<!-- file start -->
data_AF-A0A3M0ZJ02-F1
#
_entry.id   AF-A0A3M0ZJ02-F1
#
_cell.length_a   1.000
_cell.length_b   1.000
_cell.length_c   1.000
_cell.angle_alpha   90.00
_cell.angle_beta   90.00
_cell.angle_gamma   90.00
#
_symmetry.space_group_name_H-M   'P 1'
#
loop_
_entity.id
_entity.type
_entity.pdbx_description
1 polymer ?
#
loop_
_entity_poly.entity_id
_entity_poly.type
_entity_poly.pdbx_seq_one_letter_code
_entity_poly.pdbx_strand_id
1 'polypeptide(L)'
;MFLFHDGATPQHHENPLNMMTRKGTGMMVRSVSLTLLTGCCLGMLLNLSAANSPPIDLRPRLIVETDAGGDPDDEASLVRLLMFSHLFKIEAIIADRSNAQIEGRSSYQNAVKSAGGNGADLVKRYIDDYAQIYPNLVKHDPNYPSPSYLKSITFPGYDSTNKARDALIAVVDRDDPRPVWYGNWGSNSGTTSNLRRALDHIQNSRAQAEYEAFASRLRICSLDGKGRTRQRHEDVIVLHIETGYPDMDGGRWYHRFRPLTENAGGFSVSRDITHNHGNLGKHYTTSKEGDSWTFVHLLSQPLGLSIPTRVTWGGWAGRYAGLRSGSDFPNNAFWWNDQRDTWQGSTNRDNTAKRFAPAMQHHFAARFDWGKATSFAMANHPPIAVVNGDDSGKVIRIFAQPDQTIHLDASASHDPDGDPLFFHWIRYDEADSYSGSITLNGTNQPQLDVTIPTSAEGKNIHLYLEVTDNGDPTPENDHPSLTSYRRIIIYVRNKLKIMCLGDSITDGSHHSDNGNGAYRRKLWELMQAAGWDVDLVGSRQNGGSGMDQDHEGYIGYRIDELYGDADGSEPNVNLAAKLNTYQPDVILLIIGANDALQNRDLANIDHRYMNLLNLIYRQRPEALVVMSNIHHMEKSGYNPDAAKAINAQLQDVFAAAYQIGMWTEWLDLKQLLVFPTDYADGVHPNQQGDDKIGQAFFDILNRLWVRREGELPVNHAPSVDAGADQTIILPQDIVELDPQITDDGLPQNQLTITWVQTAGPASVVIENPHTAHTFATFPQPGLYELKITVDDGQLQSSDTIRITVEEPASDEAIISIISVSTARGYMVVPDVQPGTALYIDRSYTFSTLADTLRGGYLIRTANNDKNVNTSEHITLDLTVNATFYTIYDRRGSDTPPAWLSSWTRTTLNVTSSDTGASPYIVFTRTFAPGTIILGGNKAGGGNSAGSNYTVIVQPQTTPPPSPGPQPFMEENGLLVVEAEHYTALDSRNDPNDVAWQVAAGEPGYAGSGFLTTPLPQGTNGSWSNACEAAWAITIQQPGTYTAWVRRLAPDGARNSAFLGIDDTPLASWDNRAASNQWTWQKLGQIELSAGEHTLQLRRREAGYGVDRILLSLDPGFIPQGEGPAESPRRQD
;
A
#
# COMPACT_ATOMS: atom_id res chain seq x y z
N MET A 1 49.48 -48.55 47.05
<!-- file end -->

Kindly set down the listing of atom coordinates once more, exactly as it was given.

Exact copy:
data_AF-A0A3M0ZJ02-F1
#
_entry.id   AF-A0A3M0ZJ02-F1
#
_cell.length_a   1.000
_cell.length_b   1.000
_cell.length_c   1.000
_cell.angle_alpha   90.00
_cell.angle_beta   90.00
_cell.angle_gamma   90.00
#
_symmetry.space_group_name_H-M   'P 1'
#
loop_
_entity.id
_entity.type
_entity.pdbx_description
1 polymer ?
#
loop_
_entity_poly.entity_id
_entity_poly.type
_entity_poly.pdbx_seq_one_letter_code
_entity_poly.pdbx_strand_id
1 'polypeptide(L)'
;MFLFHDGATPQHHENPLNMMTRKGTGMMVRSVSLTLLTGCCLGMLLNLSAANSPPIDLRPRLIVETDAGGDPDDEASLVRLLMFSHLFKIEAIIADRSNAQIEGRSSYQNAVKSAGGNGADLVKRYIDDYAQIYPNLVKHDPNYPSPSYLKSITFPGYDSTNKARDALIAVVDRDDPRPVWYGNWGSNSGTTSNLRRALDHIQNSRAQAEYEAFASRLRICSLDGKGRTRQRHEDVIVLHIETGYPDMDGGRWYHRFRPLTENAGGFSVSRDITHNHGNLGKHYTTSKEGDSWTFVHLLSQPLGLSIPTRVTWGGWAGRYAGLRSGSDFPNNAFWWNDQRDTWQGSTNRDNTAKRFAPAMQHHFAARFDWGKATSFAMANHPPIAVVNGDDSGKVIRIFAQPDQTIHLDASASHDPDGDPLFFHWIRYDEADSYSGSITLNGTNQPQLDVTIPTSAEGKNIHLYLEVTDNGDPTPENDHPSLTSYRRIIIYVRNKLKIMCLGDSITDGSHHSDNGNGAYRRKLWELMQAAGWDVDLVGSRQNGGSGMDQDHEGYIGYRIDELYGDADGSEPNVNLAAKLNTYQPDVILLIIGANDALQNRDLANIDHRYMNLLNLIYRQRPEALVVMSNIHHMEKSGYNPDAAKAINAQLQDVFAAAYQIGMWTEWLDLKQLLVFPTDYADGVHPNQQGDDKIGQAFFDILNRLWVRREGELPVNHAPSVDAGADQTIILPQDIVELDPQITDDGLPQNQLTITWVQTAGPASVVIENPHTAHTFATFPQPGLYELKITVDDGQLQSSDTIRITVEEPASDEAIISIISVSTARGYMVVPDVQPGTALYIDRSYTFSTLADTLRGGYLIRTANNDKNVNTSEHITLDLTVNATFYTIYDRRGSDTPPAWLSSWTRTTLNVTSSDTGASPYIVFTRTFAPGTIILGGNKAGGGNSAGSNYTVIVQPQTTPPPSPGPQPFMEENGLLVVEAEHYTALDSRNDPNDVAWQVAAGEPGYAGSGFLTTPLPQGTNGSWSNACEAAWAITIQQPGTYTAWVRRLAPDGARNSAFLGIDDTPLASWDNRAASNQWTWQKLGQIELSAGEHTLQLRRREAGYGVDRILLSLDPGFIPQGEGPAESPRRQD
;
A
#
# COMPACT_ATOMS: atom_id res chain seq x y z
N MET A 1 49.48 -48.55 47.05